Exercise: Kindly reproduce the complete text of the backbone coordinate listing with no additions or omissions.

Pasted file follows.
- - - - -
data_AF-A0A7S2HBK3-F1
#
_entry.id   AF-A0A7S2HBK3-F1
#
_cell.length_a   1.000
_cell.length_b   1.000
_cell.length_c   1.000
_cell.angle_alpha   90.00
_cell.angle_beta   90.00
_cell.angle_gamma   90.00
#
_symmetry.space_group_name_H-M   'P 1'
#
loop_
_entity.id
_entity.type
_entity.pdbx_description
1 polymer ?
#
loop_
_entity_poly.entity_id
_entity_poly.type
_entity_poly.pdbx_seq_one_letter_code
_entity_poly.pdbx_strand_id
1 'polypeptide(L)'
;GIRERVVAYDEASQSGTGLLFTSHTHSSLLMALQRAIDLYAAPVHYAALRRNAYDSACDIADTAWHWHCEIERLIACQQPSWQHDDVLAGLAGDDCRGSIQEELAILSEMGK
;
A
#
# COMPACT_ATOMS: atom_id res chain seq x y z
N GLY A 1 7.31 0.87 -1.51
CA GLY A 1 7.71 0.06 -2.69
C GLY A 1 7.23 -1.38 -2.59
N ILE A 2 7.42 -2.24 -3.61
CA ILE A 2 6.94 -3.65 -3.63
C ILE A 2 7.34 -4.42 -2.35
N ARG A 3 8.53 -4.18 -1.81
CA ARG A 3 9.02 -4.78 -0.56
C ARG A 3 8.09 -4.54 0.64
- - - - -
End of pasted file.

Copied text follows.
data_AF-A0A7S2HBK3-F1
#
_entry.id   AF-A0A7S2HBK3-F1
#
_cell.length_a   1.000
_cell.length_b   1.000
_cell.length_c   1.000
_cell.angle_alpha   90.00
_cell.angle_beta   90.00
_cell.angle_gamma   90.00
#
_symmetry.space_group_name_H-M   'P 1'
#
loop_
_entity.id
_entity.type
_entity.pdbx_description
1 polymer ?
#
loop_
_entity_poly.entity_id
_entity_poly.type
_entity_poly.pdbx_seq_one_letter_code
_entity_poly.pdbx_strand_id
1 'polypeptide(L)'
;GIRERVVAYDEASQSGTGLLFTSHTHSSLLMALQRAIDLYAAPVHYAALRRNAYDSACDIADTAWHWHCEIERLIACQQPSWQHDDVLAGLAGDDCRGSIQEELAILSEMGK
;
A
#
# COMPACT_ATOMS: atom_id res chain seq x y z
N GLY A 1 7.31 0.87 -1.51
CA GLY A 1 7.71 0.06 -2.69
C GLY A 1 7.23 -1.38 -2.59
N ILE A 2 7.42 -2.24 -3.61
CA ILE A 2 6.94 -3.65 -3.63
C ILE A 2 7.34 -4.42 -2.35
N ARG A 3 8.53 -4.18 -1.81
CA ARG A 3 9.02 -4.78 -0.56
C ARG A 3 8.09 -4.54 0.64